Tuesday, May 13, 2008

An Expanded Definition of Atheism?

The dictionary definition of atheist is “one who lacks belief in God/gods”. I suppose that brief phrase is sufficient, since there is no official dogma or doctrine that atheists hold in common. But based on my experience some large percent of non-believers do hold in common certain basic principles, ethics, and philosophy on life.

In 1963 the Supreme Court stopped the practice of prayer in school. Their decision was in response to Murray v. Curlett, a suit brought by Madelyn Murray O’Hare a famous atheist activist. During that trial the following “definition” of Atheism was given to the Supreme Court by the plaintiff’s attorney. It makes a lot of sense, check it out:

“Your petitioners are Atheists and they define their beliefs as follows: An Atheist loves his fellow man instead of god. An Atheist believes that heaven is something for which we should work now – here on earth for all men together to enjoy.

An Atheist believes that he can get no help through prayer but that he must find in himself the inner conviction, and strength to meet life, to grapple with it, to subdue it and enjoy it.

An Atheist believes that only in knowledge of himself and knowledge of his fellow man can he find the understanding that will help to a life of fulfillment.
He seeks to know himself and his fellow man rather than to know a god.

An Atheist believes that a hospital should be built instead of a church. An Atheist believes that a deed must be done instead of a prayer said. An Atheist strives for involvement in life and not escape into death. He wants disease conquered, poverty vanquished, war eliminated. He wants man to understand and love man.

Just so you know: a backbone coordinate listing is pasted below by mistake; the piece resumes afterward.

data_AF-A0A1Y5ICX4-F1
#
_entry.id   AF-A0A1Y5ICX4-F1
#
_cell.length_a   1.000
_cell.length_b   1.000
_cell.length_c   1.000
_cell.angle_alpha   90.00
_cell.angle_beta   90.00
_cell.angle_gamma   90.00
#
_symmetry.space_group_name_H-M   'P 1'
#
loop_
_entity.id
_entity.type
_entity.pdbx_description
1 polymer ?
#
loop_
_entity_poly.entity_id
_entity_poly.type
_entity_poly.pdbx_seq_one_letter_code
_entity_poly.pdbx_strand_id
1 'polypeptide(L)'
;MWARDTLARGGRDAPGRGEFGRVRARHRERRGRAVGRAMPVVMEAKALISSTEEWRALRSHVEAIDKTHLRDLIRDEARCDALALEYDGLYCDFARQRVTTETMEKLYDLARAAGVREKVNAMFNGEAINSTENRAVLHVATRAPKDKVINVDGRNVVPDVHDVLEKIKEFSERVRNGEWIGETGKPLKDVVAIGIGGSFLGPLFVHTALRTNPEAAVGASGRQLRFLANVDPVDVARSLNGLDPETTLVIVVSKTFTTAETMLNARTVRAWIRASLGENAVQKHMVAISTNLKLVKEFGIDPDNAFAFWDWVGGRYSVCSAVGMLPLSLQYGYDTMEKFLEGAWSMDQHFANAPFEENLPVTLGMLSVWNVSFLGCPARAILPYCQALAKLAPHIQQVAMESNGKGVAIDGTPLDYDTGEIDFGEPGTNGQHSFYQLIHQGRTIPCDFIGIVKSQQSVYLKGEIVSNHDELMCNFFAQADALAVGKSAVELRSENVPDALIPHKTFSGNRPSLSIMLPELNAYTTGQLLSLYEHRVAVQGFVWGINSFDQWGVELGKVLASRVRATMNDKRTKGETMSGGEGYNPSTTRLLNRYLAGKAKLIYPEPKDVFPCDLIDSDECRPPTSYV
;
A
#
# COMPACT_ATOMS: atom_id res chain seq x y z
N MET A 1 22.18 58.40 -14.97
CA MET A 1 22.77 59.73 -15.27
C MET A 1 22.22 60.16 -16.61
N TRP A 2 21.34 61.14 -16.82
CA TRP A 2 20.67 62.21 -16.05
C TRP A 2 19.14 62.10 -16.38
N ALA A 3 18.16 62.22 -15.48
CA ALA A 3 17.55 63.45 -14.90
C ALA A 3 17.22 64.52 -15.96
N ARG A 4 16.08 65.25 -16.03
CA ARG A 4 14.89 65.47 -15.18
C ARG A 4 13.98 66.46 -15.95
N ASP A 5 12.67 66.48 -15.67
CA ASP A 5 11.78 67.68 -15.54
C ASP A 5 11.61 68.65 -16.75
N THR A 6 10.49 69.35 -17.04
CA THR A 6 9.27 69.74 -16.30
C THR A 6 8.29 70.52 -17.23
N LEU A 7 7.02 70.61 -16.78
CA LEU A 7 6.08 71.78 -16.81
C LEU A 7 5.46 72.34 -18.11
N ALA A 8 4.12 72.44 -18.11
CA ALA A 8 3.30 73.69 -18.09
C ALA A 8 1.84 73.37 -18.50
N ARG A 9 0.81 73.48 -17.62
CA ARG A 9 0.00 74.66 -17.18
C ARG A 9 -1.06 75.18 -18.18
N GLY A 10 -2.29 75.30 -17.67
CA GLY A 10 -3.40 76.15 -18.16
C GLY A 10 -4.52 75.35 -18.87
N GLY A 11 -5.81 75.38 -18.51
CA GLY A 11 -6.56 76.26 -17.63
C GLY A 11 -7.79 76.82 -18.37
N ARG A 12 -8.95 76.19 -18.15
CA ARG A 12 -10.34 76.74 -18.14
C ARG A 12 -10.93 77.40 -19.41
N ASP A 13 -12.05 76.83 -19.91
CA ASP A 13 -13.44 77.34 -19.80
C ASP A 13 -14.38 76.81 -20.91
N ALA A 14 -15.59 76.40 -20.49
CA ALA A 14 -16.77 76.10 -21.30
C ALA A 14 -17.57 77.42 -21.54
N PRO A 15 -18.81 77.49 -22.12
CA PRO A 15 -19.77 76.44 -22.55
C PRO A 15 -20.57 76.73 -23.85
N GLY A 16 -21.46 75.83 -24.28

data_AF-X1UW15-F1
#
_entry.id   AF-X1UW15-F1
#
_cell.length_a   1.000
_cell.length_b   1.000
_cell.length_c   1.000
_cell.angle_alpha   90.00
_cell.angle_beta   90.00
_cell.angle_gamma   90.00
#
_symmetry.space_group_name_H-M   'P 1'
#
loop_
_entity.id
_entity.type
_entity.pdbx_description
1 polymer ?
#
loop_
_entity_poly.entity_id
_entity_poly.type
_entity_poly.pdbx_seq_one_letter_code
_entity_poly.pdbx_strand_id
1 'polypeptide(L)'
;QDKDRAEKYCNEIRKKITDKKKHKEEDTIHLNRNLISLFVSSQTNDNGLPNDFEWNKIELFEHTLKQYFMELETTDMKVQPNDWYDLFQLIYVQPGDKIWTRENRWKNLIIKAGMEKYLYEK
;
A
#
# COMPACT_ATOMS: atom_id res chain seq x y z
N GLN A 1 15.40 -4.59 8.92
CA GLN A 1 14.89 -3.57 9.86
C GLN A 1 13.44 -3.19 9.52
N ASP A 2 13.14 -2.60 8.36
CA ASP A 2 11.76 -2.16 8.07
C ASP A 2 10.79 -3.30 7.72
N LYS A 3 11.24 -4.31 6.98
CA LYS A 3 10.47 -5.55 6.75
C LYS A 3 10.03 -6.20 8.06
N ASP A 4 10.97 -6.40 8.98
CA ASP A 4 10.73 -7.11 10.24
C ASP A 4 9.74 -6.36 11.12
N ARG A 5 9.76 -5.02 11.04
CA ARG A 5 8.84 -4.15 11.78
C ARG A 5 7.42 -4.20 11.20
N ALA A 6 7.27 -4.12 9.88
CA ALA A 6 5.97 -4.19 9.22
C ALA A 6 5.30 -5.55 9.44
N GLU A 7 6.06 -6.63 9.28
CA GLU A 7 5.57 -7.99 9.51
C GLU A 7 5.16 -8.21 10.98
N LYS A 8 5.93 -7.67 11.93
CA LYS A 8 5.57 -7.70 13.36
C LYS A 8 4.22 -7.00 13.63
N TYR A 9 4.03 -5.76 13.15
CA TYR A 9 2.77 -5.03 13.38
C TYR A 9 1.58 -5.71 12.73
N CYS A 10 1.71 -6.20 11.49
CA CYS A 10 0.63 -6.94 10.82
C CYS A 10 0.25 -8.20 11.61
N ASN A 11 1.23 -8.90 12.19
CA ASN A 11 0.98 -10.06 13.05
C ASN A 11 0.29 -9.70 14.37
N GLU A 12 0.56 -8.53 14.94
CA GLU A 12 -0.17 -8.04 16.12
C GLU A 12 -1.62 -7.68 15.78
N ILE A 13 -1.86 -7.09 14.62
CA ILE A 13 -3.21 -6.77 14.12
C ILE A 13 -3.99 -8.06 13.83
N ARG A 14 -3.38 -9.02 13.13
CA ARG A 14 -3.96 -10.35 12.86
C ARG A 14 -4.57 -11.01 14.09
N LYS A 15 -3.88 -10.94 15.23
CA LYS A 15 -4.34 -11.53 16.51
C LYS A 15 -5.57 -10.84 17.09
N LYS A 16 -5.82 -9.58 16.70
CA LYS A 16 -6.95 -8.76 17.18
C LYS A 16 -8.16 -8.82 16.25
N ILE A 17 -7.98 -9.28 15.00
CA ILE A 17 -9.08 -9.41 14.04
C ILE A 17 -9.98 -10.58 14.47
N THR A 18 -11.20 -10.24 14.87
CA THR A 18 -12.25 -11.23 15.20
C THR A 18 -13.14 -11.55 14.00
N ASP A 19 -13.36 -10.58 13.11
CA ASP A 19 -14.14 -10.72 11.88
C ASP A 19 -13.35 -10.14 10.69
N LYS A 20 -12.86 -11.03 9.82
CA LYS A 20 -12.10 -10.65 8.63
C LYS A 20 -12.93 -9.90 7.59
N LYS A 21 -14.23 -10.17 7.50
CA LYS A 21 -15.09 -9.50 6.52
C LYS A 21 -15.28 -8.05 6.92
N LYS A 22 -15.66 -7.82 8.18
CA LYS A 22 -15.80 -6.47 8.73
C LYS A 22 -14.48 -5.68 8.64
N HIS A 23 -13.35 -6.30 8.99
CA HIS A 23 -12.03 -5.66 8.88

He wants an ethical way of life. He believes that we cannot rely on a god or channel action into prayer nor hope for an end of troubles in a hereafter.

He believes that we are our brother's keepers; and are keepers of our own lives; that we are responsible persons and the job is here and the time is now.”

It’s not perfect, nor would I expect every atheist to subscribe to all of it. I don’t necessarily buy into the “brother’s keeper” phrase. But it makes a strong distinction between atheism’s reality based ethics, humanity for the sake of humanity, and personal ownership/accountability, Vs the theist’s “pie in the sky” supernatural dependency and abdication of responsibility to a myth.

It evidently had the desired effect on the Supreme Court justices.


itsme_crazydad™ said...

The Brother's Keeper bugged me a bit, too. But if you think about it in terms of a just society, where 'the people' enforce laws for the public welfare and exact justice, including punishment, then it is more palatable, no?

The charity side of the thought should always be voluntary. If it isn't voluntary, it isn't charity.

I like the dfn. Too big for a tee shirt, though.

DromedaryHump said...

sure..if you interpret the "brothers keeper" that way...yes.

correct...charity imposed isn't altruism, it's redistribution of wealth.

Good points. thanks.